In the long list of people sentenced to death by Judge Parker between 1875 and 1896, the women are often overlooked. There were only four of them, and not one ever made the final ascent to the gallows scaffold.
Fannie Echols was the first woman convicted of a capital crime in the Federal Court for the Western District of Arkansas. She was a young, unmarried black woman who had been living with a man named John Williams at Eufaula, Creek Nation. The two apparently had a stormy relationship and quarreled quite often. One night in July of 1883, persons living in the same building as Fannie reported an argument between the couple early in the evening. Shortly thereafter, a pistol shot was heard from Fannie's room. Witnesses who rushed into the room found Williams lying on a pallet shot through the body, the bullet being imbedded in the floor. It appeared that he had either been killed as he slept or while he was lying on his back unsuspectingly.
Fannie maintained that she had shot in self-defense. Claiming that another man had entered the room and hung a pistol on the bed post, she said that Williams, the jealous type, became angry and threatened to kill her with the weapon. Once the other man left both Fannie and Williams made a dash for the gun. A scuffle followed and, according to Fannie, she grabbed the pistol and shot Williams as he attempted to wrest the revolver from her. She stated that she feared he was about to overpower her and secure the weapon. This story did not explain the bullet being found in the floor and underneath the dead body.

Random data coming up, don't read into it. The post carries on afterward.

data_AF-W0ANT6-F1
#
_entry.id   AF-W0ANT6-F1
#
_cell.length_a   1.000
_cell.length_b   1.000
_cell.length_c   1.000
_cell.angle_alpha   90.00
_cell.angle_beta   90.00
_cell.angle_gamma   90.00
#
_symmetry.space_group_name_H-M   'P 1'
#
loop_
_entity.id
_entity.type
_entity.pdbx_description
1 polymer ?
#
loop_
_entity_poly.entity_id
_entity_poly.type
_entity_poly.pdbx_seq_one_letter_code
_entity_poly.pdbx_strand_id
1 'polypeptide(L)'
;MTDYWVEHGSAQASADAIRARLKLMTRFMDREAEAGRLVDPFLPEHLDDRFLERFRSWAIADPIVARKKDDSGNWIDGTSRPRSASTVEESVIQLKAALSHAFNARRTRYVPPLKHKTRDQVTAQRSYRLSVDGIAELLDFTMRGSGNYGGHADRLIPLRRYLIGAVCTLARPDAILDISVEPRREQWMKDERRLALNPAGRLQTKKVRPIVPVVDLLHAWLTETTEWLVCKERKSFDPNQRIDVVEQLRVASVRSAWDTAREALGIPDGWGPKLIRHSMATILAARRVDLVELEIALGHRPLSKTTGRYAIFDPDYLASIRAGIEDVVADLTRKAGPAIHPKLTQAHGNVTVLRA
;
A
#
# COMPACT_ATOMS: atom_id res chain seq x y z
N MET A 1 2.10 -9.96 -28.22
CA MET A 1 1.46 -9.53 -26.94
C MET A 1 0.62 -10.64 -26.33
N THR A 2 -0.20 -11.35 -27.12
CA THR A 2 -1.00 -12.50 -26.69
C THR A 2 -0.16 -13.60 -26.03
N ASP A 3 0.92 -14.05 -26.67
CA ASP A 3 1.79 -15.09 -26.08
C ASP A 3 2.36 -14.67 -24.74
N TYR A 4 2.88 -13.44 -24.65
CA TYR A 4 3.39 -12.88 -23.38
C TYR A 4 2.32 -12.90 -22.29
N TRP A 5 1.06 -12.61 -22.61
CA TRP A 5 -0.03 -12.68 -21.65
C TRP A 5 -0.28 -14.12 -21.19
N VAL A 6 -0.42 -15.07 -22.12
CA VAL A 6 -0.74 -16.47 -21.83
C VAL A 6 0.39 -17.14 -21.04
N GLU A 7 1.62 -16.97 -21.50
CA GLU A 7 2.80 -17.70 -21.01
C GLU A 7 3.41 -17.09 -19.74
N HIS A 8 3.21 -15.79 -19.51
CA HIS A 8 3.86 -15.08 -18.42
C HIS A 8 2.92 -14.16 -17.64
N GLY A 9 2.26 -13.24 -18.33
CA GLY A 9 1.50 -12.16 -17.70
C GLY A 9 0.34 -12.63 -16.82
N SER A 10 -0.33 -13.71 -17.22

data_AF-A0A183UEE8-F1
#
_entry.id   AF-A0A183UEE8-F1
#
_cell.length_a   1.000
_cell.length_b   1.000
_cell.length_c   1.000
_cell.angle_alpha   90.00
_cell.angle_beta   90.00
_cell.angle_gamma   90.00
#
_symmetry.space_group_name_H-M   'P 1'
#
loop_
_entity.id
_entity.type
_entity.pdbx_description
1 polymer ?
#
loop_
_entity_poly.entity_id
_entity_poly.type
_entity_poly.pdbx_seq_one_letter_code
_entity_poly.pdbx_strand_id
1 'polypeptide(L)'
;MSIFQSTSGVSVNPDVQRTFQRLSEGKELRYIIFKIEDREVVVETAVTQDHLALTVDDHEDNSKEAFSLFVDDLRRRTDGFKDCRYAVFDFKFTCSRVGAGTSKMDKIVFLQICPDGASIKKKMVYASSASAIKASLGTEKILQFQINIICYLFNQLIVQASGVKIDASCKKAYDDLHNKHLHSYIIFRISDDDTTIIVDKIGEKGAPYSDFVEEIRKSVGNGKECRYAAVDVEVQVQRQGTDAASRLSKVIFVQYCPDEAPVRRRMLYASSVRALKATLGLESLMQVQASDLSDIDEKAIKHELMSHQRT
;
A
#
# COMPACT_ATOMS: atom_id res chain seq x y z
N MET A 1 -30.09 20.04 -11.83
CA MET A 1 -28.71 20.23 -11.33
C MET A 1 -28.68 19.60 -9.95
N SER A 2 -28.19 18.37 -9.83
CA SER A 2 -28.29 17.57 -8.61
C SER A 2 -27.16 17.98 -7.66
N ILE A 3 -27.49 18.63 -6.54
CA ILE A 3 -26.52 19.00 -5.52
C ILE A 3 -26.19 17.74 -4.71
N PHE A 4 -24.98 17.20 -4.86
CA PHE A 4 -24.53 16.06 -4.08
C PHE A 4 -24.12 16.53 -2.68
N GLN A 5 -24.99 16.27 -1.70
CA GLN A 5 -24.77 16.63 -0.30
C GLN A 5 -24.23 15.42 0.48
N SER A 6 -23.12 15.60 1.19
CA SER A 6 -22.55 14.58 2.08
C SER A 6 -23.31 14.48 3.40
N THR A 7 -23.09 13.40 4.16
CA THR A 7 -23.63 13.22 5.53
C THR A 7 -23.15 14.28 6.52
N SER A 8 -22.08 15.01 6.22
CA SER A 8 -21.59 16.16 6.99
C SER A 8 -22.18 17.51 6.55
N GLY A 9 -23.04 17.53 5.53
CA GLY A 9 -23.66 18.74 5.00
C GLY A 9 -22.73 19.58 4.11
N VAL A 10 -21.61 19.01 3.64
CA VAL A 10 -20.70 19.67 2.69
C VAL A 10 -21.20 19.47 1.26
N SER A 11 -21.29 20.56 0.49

Fannie was arrested and lodged in the women's jail, which was the old military guardhouse, at Fort Smith. Her trial was set for December of 1883 and on Tuesday evening, December 18, the jury returned a verdict of guilty. On April 28, 1884, Judge Parker sentenced for to hang. The "plainly though neatly dressed" Fannie, when taken from the courtroom, "gave way to grief, and was taken to her cell crying."
The execution was scheduled to take place on July 11, 1884. Twelve days prior to this Fannie was baptized in the river by the minister of the black Baptist church in Fort Smith. It was not until July 2 that the Attorney General notified U.S. Marshal Thomas Boles that President Arthur authorized the commutation of Fannie's death Sentence to life imprisonment at the Detroit House of Corrections. Fannie accepted in writing the condition of the commutation and was then transported to Detroit.
References: Hell on the Border by S.W. Harmon; Fort Smith Elevator; Letters Received, marshal Boles, 1884-1885.